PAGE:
Kids of today will never know the magic of the 1980s arcade. It was a time when you could walk in and witness something you've never seen before. Not just addictive new games, but incredible technology that was years ahead of anything you could play at home. And best of all, you could experience it for little more than a quarter a play. It was a magical time.
These days the arcade is all dancing games and redemption machines. The bright neon lights and loud sounds remain, but the sense of wonder and excitement is long gone. Forget about the days of having a sophisticated game room, today's arcade is little more than a carnival. It's a depressing relic from the past, gone the way of soda shops and movie rental stores.
For years, I wondered what it would be like to own and manage my own arcade. Not a modern day zombie arcade, but a classic shop during the heyday of the video game boom. Thanks to Firebase (the Canada-based company behind Orbitron: Revolution), I now have a chance to put my arcade management know-how to the test.
Arcadecraft is the 1980s arcade simulator you never knew you wanted. For a mere three dollars (or the exact amount of money it would cost to actually beat Ikari Warriors), you can take control of your very own arcade and turn it into a million dollar business. It's like Theme Park, only with fake Frogger machines instead of dangerous roller coaster rides.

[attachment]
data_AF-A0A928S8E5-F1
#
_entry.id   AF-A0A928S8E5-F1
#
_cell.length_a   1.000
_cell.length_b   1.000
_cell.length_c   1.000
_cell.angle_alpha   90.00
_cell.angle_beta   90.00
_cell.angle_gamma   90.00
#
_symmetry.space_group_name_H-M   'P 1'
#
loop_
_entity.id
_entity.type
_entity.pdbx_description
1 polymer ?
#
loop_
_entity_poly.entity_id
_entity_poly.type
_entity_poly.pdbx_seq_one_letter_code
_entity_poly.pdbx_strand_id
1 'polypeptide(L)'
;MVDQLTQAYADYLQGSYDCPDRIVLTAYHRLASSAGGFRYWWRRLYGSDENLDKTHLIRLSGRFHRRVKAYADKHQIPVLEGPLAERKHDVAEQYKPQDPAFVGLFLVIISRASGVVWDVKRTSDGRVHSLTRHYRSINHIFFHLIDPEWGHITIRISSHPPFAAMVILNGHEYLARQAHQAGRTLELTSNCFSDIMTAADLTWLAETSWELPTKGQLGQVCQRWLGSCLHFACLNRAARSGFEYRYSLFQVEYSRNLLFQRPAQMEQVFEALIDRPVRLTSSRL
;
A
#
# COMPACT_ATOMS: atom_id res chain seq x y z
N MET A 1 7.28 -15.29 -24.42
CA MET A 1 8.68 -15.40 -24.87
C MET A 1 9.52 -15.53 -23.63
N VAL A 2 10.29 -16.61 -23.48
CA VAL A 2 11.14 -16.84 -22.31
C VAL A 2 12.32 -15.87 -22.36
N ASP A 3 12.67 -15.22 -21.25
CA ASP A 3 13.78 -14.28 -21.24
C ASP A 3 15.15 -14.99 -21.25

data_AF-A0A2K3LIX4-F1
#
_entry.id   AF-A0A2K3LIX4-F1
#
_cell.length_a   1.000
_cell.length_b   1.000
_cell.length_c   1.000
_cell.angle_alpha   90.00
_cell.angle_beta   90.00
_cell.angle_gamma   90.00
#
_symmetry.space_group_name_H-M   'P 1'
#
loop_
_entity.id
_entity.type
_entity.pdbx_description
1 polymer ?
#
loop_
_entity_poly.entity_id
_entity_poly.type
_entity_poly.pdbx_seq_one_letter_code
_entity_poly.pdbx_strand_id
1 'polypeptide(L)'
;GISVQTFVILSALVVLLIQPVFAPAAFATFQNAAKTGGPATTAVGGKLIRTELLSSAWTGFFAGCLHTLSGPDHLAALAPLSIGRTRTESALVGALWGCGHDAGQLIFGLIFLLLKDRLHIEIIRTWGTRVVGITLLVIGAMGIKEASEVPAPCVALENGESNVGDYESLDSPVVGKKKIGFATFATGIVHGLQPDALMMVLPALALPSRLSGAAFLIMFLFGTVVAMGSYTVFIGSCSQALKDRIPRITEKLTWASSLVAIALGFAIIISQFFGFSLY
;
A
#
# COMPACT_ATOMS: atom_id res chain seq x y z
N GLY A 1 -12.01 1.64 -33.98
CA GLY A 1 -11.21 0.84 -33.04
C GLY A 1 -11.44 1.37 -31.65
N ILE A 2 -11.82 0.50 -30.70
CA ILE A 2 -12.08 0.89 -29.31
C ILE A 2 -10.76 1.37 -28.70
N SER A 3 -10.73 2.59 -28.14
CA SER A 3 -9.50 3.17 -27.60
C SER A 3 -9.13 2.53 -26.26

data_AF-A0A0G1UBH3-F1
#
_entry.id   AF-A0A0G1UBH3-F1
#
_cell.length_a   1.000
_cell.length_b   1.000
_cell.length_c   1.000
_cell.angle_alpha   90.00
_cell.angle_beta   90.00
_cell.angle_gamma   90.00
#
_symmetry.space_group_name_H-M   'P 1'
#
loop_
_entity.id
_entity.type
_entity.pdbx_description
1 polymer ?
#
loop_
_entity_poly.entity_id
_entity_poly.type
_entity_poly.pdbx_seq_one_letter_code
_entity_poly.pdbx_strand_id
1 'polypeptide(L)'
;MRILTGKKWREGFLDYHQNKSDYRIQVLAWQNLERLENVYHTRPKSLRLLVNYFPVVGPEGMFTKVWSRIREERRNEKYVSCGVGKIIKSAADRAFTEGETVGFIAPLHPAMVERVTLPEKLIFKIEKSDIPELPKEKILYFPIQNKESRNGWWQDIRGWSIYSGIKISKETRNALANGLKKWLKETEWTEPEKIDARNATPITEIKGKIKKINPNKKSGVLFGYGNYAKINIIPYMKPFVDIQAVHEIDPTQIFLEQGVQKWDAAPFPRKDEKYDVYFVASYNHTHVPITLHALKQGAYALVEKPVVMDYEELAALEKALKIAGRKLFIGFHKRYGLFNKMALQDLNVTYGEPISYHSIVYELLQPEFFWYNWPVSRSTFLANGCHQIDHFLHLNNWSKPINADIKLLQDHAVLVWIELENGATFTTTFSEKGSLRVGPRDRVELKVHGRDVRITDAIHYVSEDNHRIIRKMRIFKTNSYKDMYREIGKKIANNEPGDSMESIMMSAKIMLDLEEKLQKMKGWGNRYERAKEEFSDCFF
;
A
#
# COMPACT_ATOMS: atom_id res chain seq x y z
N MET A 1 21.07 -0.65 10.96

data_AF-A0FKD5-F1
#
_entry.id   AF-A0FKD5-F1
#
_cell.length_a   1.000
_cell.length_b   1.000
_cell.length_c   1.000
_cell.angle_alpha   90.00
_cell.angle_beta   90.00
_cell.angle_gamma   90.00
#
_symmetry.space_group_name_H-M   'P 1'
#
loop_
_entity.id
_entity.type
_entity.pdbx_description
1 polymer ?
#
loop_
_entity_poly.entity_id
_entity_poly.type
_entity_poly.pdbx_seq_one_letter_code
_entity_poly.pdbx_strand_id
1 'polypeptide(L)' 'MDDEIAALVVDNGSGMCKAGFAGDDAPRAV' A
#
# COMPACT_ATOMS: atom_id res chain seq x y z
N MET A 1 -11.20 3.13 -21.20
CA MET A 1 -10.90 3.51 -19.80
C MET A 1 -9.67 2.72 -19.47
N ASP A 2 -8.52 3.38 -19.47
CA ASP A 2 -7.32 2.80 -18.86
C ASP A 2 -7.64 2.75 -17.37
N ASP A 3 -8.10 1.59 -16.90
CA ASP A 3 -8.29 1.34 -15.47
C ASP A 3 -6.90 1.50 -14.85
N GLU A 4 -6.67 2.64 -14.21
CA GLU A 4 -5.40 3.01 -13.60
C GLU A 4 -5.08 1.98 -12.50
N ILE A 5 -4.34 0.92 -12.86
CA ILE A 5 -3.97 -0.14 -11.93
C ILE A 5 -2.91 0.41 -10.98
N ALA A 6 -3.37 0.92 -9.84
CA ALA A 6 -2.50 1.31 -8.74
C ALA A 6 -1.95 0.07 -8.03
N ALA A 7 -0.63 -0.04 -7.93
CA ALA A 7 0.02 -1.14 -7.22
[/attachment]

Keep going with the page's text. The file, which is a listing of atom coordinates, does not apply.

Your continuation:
The year is 1980 and you have a sweet new location, a brand new sign (with a name you picked out) and a twelve thousand dollar loan. The goal is to buy enough new arcade machines to bring gamers of all ages to your brand new business. Your choice is limited at the start, but with each new month brings a new cabinet from one of the fictional companies -- Forti, Wave, Monaco, Points, Camping and Millions.
Twelve thousand dollars doesn't go as far as you might think. Even worse, buying each new machine is a gamble. You never know if gamers are going to embrace each new title, and it can be tough when you're putting your last few thousand dollars towards a dud. You'll have to pay close attention to the trends and monitor interest in each type of game. And if worse comes to worst, make sure to sell the unpopular cabinet before it loses its market value.
It's a juggling act for the first two years. Not only will you have to keep your arcade stocked with new machines, but you're also in charge of collecting the coins and repairing the units. On top of the usual chores, you'll also have a chance to set game prices and difficulty, maximizing profits and adjusting your stock for the changing time. Before long you're adding neon to the walls and buying a vending machine.
It's like Theme Park, only with fake Frogger machines instead of dangerous roller coaster rides. It doesn't quite nail the ending, but Arcadecraft is one of the most engaging simulators I've played in a long time. This lays the groundwork for what could be an amazing sequel. In the meantime, don't feel bad about spending three dollars on this gem!
This product was submitted by the publisher for review. As a rule, Defunct Games does not review games we spent money on. However, that does not always apply to classic/retro games. This specific product, however, came straight from a PR guy for the purposes of being reviewed!